PHOTO ESSAY - KIDS, CANOES, CAMERAS New Bay Times: September 4, 1997
Seeing the troubled Anacostia River through the lens of bright, young city-dwellers...
Nations write their histories on their rivers, from exploration to industrialization, from rust to resurrection. Learning that history begins in their own backyard for young people who live in the watershed of the Anacostia River, which rises from dozens of creeks at Bladensburg, runs though Washington, D.C., finally meeting the Potomac River and merging with the Chesapeake Bay. Canoe trips run by the Anacostia Watershed Society take kids on the river to learn by seeing for themselves.
Teenagers from D.C.'s New Community After School & Advocacy Program in the Shaw neighborhood enhanced their vision by looking through the eyes of cameras. A darkroom was made for the New Community during the project.
"When looking through the eye of a camera, the connection to the natural environment is that much greater" explains Joanne Miller, the wildlife photographer who joined with the the Watershed Society to lead the New Community students on a photo project last month. Miller lives on a houseboat on a Potomac Creek.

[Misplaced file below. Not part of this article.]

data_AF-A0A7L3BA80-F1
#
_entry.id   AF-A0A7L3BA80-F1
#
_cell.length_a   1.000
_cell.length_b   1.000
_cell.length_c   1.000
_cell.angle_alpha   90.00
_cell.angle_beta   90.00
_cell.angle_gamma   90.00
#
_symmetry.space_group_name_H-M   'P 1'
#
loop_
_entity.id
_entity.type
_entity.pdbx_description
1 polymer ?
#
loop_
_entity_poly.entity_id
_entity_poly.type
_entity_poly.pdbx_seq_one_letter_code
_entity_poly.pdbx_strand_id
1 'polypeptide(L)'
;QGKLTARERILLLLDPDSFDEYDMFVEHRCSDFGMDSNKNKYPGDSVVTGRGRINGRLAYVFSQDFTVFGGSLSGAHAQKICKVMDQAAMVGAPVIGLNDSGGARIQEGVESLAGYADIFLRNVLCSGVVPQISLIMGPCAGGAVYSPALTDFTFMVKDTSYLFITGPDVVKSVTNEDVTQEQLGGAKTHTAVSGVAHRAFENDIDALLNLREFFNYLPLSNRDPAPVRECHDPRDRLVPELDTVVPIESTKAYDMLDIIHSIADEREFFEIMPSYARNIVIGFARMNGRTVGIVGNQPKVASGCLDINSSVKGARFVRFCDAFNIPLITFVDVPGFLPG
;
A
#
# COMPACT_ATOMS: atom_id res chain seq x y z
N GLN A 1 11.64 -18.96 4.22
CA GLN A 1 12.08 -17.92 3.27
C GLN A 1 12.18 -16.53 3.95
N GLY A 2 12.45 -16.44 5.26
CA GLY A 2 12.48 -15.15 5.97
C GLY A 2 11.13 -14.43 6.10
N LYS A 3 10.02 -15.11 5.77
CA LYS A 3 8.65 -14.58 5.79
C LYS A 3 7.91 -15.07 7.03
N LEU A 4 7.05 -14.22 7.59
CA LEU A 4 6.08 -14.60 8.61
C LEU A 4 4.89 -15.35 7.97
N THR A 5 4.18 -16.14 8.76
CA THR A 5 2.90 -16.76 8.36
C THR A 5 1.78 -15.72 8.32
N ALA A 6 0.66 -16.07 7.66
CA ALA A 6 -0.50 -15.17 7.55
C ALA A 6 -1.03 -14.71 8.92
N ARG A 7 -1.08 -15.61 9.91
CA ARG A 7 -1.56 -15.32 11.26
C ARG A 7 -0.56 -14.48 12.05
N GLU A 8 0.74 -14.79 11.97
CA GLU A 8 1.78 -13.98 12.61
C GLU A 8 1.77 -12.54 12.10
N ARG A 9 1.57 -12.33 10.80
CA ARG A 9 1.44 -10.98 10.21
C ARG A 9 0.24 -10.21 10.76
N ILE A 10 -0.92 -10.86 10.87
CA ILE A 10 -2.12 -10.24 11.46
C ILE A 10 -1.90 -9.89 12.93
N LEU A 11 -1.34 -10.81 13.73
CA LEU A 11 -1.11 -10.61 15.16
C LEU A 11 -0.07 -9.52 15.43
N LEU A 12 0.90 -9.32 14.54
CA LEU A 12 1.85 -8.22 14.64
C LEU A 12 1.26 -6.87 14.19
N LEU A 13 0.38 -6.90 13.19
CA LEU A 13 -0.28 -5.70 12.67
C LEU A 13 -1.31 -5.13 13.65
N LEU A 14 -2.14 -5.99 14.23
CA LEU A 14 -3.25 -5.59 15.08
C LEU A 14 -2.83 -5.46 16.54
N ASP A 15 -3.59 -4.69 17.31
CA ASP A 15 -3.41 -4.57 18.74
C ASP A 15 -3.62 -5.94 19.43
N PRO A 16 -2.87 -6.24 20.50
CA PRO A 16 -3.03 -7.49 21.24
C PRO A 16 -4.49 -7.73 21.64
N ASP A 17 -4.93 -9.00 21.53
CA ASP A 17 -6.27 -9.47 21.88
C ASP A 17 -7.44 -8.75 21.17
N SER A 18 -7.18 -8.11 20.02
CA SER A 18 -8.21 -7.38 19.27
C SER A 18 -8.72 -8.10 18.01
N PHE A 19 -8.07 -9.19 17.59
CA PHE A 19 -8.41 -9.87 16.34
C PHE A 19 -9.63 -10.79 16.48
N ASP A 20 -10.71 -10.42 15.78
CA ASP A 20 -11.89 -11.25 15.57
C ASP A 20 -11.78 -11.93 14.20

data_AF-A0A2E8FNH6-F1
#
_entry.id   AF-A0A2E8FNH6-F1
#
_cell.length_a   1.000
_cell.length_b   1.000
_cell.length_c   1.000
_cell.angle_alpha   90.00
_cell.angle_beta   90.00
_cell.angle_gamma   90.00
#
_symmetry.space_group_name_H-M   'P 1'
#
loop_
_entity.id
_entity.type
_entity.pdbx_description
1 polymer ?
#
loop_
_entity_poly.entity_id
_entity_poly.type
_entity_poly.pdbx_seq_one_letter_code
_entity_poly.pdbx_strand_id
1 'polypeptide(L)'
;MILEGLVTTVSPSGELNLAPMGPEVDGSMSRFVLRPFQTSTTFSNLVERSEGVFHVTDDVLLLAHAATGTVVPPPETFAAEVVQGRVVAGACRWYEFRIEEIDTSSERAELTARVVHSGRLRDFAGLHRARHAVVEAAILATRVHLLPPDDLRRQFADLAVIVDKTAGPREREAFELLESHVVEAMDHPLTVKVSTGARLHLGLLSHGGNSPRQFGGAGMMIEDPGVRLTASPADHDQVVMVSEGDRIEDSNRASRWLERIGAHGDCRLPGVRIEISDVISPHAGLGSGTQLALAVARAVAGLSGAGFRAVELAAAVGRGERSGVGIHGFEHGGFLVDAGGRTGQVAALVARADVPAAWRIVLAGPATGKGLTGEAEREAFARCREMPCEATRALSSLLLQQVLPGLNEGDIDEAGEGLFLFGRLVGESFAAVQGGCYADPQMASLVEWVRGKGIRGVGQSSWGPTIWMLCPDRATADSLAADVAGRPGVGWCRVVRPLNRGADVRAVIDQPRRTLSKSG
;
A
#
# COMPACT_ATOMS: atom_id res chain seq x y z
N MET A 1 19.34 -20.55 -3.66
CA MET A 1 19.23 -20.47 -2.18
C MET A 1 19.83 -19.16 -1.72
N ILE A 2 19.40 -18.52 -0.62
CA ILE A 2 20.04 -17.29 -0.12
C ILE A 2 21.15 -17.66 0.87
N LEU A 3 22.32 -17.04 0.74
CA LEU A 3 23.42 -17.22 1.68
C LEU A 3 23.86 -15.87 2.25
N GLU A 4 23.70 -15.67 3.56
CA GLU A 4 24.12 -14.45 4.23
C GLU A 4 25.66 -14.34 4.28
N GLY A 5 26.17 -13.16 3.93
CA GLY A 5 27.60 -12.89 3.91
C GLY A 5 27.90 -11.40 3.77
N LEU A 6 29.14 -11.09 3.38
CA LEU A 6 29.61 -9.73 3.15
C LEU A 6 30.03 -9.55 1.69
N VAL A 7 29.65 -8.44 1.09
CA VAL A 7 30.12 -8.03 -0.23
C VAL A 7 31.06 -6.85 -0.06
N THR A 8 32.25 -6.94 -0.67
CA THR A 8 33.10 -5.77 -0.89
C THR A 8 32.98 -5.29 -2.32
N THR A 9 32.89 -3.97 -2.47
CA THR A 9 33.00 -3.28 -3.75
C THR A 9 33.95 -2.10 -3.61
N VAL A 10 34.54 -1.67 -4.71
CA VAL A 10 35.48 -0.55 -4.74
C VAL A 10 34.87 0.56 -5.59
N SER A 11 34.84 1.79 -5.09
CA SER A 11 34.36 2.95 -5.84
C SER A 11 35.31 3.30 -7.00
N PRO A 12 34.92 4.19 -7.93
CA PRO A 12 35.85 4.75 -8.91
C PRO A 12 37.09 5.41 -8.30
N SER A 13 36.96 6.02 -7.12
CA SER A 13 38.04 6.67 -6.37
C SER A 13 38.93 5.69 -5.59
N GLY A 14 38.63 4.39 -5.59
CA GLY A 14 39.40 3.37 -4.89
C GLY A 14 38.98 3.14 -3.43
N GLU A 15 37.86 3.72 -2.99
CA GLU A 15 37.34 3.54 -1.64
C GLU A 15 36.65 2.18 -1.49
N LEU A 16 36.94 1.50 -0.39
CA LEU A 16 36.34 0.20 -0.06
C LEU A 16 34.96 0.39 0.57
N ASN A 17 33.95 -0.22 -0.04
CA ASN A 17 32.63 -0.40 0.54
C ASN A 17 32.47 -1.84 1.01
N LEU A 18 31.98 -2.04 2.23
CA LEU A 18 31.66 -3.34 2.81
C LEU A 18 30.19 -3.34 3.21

The students saw trash and debris, abandoned boats and power plants. They learned that when people litter, rain washes their trash down street sewers and into the river. Despite the abuse, the young people saw that ducks, gulls and blue herons still flourish on the river. To feed such waterfowl, they saw where wild rice had been reintroduced unsuccessfully, on the river. Farther up the river, in the Kenilworth marsh, they saw 60 acres where new plants flourish.
"The canoe trip was a good experience because it was different from what I am used to. I felt like a queen as Afi and Mike paddled me across the river. We got good pictures of the birds, pollution, scenery and some kids fishing. The canoe trip was something that I wasn't sure about doing, but I'm glad I did." Tameka Atkinson Age 13
Sales from Joanne Miller's "Eyes of the River" show at Patagonia in Georgetown will help support this trip. Film for the students was donated by Kodak and Penn Camera.
Reprinted with permission from: Bay Weekly newspaper, Editor: Sandra Olivetti Martin
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